Conversations with 6-year-olds

I joined Eleanor at school for lunch today. Her school encourages parents to come for lunch, though I rarely do because I want her to gain independence. We already spend a lot of time together. Also, I have plenty of other things to do such as writing, cleaning the house, and eating all of the chocolate.

I knew she would be thrilled by the surprise, especially on this long week back after winter break. She looked twice when I walked into the cafeteria. Was this happening? Yes! I sat across from her, and her friends immediately began to talk. One of them had a birthday today, and so the others had to tell me their birthdates, and there was a bunch of chatter about a book that they had read last year about a runaway gingerbread man. The kids were breathless with all they had to tell me.

I asked Eleanor whether she ever talked at lunch.

“Well, not really. It’s kind of hard,” she said.

No kidding. In the midst of the jabbering, two girls sitting farther down the bench began to ask, “Does Eleanor have a sister?”

At first, I pretended not to hear, a ploy that was believable given the noise bouncing around the cafeteria. The pair persisted. “Eleanor’s mom! Does Eleanor have a sister?”

I paused, considering whether to throw the light switch or keep my middle child tucked safely in the dark. Their asking suggested that Eleanor had talked to them already. How abandoned would she feel if I lied when she had spoken the truth?

“Yes, she does,” I said. They waited. “Her name is Genevieve.”

That seemed to satisfy them, so I left it alone. I try to avoid discussing death with other children. Such a personal topic. We all have our own beliefs. I know that Eleanor mentions Genevieve to other children though, and I have heard her argue with her disbelieving friends. It pierces me.

I’ve been handed this child who is so sensitive, and I want to tell her that she should keep her sister a secret, not for the sake of other people but for her own protection. But there are happy secrets, and there are sad secrets, and sad secrets always seem to imply guilt or shame. We cannot talk about this because other people will think we are weird or crazy. In my own life, I use circumstances to decide when to introduce Genevieve. That’s a difficult and painful judgement for me to make, so I’m not going to ask a 6-year-old to try it. I am teaching my daughter to speak the truth even when it makes other people uncomfortable. I am teaching her to speak the truth even when it makes me uncomfortable.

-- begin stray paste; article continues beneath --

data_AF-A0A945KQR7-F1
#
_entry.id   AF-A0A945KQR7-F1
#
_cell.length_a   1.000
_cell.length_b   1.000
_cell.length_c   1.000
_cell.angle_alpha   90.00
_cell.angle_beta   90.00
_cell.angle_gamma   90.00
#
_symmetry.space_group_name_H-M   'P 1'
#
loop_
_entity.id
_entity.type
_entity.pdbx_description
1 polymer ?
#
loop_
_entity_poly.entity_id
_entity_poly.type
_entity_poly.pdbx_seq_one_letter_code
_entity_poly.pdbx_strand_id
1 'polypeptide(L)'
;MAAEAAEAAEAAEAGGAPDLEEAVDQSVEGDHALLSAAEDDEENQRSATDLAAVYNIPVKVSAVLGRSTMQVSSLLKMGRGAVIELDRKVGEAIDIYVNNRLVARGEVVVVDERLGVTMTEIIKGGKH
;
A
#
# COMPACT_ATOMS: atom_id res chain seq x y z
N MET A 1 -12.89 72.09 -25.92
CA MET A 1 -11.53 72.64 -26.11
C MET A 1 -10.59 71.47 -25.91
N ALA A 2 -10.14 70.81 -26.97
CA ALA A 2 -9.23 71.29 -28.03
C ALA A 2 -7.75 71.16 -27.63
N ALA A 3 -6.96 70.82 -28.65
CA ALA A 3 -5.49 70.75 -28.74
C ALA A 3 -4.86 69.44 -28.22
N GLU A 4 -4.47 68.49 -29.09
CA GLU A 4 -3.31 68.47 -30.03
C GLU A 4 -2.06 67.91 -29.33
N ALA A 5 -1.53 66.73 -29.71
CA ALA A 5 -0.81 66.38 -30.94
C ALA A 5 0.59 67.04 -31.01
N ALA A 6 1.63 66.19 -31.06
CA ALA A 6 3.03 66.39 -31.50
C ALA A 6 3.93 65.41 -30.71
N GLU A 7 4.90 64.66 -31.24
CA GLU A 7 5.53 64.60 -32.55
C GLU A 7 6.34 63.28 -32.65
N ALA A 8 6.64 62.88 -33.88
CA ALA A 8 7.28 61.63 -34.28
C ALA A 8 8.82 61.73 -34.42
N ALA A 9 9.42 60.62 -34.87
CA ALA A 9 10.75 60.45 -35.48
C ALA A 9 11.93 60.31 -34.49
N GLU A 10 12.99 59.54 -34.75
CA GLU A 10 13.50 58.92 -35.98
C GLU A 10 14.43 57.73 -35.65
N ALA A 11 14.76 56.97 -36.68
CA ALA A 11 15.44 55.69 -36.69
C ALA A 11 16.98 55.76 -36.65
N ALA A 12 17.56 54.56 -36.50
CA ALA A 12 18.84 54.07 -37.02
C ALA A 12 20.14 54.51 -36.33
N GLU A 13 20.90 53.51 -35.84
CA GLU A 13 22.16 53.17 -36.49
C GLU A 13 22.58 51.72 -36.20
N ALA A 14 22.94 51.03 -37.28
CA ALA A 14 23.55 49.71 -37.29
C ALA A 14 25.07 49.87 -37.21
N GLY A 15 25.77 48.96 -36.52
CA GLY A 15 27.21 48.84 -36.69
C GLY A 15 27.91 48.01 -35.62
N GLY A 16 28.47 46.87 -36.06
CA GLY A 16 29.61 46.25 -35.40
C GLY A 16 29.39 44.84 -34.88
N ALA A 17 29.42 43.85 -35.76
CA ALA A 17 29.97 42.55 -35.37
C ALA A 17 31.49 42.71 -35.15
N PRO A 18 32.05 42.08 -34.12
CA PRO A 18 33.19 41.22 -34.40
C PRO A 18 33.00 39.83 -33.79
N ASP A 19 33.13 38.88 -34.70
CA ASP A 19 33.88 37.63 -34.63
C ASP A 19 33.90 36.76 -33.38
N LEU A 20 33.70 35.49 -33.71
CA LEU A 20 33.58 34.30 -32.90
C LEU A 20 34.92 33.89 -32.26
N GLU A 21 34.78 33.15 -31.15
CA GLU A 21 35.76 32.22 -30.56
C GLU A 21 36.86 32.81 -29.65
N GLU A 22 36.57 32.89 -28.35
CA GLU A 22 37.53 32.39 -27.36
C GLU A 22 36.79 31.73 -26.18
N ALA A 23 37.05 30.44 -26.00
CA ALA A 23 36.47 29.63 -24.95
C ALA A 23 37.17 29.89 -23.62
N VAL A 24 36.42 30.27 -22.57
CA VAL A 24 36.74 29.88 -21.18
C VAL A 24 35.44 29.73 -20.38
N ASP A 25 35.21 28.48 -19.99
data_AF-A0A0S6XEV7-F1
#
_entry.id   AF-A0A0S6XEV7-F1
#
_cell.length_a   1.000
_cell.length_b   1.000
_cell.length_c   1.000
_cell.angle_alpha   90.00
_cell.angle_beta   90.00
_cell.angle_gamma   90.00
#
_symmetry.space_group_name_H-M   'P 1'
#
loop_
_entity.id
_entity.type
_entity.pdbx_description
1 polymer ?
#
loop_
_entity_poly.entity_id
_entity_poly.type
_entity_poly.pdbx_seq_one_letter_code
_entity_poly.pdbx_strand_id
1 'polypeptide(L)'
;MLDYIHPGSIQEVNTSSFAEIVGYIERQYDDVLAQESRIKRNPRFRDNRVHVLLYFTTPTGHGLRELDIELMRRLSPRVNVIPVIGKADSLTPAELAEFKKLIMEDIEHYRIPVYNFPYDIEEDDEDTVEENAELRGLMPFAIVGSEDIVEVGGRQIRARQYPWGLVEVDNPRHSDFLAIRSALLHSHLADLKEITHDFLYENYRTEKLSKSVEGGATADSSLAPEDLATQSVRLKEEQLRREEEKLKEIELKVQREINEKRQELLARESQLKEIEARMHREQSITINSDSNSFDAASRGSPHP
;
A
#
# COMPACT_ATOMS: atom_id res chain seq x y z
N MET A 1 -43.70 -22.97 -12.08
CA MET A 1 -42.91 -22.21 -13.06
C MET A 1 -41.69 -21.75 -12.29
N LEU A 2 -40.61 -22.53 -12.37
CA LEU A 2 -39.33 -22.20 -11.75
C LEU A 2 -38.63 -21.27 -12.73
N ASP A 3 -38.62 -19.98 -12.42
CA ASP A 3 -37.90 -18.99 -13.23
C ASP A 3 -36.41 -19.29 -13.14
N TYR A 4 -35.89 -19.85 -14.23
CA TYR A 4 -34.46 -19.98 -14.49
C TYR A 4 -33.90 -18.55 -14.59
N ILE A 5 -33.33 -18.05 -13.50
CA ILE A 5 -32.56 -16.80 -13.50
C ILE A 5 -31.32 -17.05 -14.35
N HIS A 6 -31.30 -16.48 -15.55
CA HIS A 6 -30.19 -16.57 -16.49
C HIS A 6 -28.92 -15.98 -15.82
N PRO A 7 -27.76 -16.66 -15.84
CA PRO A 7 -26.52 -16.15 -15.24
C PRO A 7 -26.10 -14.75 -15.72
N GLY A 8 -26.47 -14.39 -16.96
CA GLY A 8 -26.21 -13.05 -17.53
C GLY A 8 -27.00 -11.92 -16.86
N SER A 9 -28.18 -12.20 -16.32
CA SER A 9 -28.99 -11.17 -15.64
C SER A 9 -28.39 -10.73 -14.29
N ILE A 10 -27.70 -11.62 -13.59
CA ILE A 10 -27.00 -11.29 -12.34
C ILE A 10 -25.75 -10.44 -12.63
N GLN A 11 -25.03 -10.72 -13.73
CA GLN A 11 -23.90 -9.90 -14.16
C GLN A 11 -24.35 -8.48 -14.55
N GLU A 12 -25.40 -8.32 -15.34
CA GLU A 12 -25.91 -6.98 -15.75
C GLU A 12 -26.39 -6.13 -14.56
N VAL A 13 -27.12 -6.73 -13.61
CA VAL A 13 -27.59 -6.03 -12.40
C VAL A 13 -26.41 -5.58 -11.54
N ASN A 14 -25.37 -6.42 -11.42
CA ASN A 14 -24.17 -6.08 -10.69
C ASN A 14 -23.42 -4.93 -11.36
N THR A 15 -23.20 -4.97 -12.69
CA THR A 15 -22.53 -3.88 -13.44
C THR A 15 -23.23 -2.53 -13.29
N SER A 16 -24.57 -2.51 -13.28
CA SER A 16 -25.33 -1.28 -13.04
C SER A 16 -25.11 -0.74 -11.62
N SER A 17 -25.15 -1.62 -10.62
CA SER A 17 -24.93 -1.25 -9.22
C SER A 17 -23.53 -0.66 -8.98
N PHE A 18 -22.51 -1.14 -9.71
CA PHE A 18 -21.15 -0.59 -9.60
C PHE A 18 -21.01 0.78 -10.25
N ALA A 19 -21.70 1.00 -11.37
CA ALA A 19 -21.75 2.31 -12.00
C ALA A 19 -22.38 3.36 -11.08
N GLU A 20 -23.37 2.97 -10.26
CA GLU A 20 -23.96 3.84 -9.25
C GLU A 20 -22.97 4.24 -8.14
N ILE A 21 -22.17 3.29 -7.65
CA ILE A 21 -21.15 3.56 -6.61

I tell myself that this will be best for her — and for our family — in the long run. I worry that I am being selfish, that my own personal interest in keeping Genevieve’s memory alive will hurt my living kids. I worry that they will feel they weren’t enough for me despite the daily parade of kisses and hugs and “I love you’s.” There’s a reason — many reasons, really — that parenting books don’t touch this topic.

Maybe my children would feel safer if I kept this hidden. Maybe they would feel happier if when they asked me what I wanted most, I said “a vacation” or “a diamond” or even “world peace.” Then they wouldn’t really know me, and that seems a huge loss, too. Even after going through all of this with Eleanor, I find my tongue glued to the roof of my mouth when Henry points at the framed footprints that belong to Genevieve. He doesn’t yet understand, and I will have to help him make sense of this thing that seems impossible even to me. Your sister died. We lived.

3 thoughts on “Conversations with 6-year-olds

  1. Thank you for this! I have struggled with the same thing with my son (who is six, like Eleanor, and was three when our twin boys died). We have a new baby too, and I can’t even fathom how we will explain it to her. She grabs at the necklace I wear in their memory and I say something about “that’s the necklace I wear for your brothers” but the necklace is concrete when her brothers are an abstract idea at best.

    My son often has the opposite response, he doesn’t mention his brothers at school or with people he doesn’t know well, as far as I can tell. In fact, someone pointed at his baby sister once and asked “what’s your brother’s name?” And he replied “I don’t have a brother, that’s my sister.” Gut wrenching for me to overhear but I think he just meant that the baby isn’t his brother, she’s his sister. It’s hard not to think I’m screwing him up in some way with how I’ve grieved, but I have to do what I have to do for me first.

    Thanks for continuing to write about this, it helps immensely.

  2. We are so on the same one, Sarah. In fact, I had a Blm friend over today and I asked Ben to tell her his sisters’ names. He responded: “Lydia and Josephine. Lydia died.”

    It took my breath away.

    But it is true and as he gets older, he understands more and more. And like you said, I don’t want to teach him to not tell the truth for fear of making others uncomfortable. I loved how he said this today, how it just all flowed and how he didn’t pause. I hope he can hold on to that but I have a feeling it will get tougher.

  3. My son is five (he was three when his sister died) and my younger son is seven months. I started crying when I read this post. Thank you so much for writing it.

    I love how you said that if we were to hide them, then our living children wouldn’t really know us. I also struggle with how much to talk about my Josephine, in fear of making my other children feel that they aren’t enough.

    My oldest is also sensitive, and he talks about our Josie a lot. I’ve often wondered if this will change as he gets older. As he begins to recognize the shock on their faces, if he will ever feel any of the shame or discomfort that none of us deserve.

    Thank you again, for your writing.


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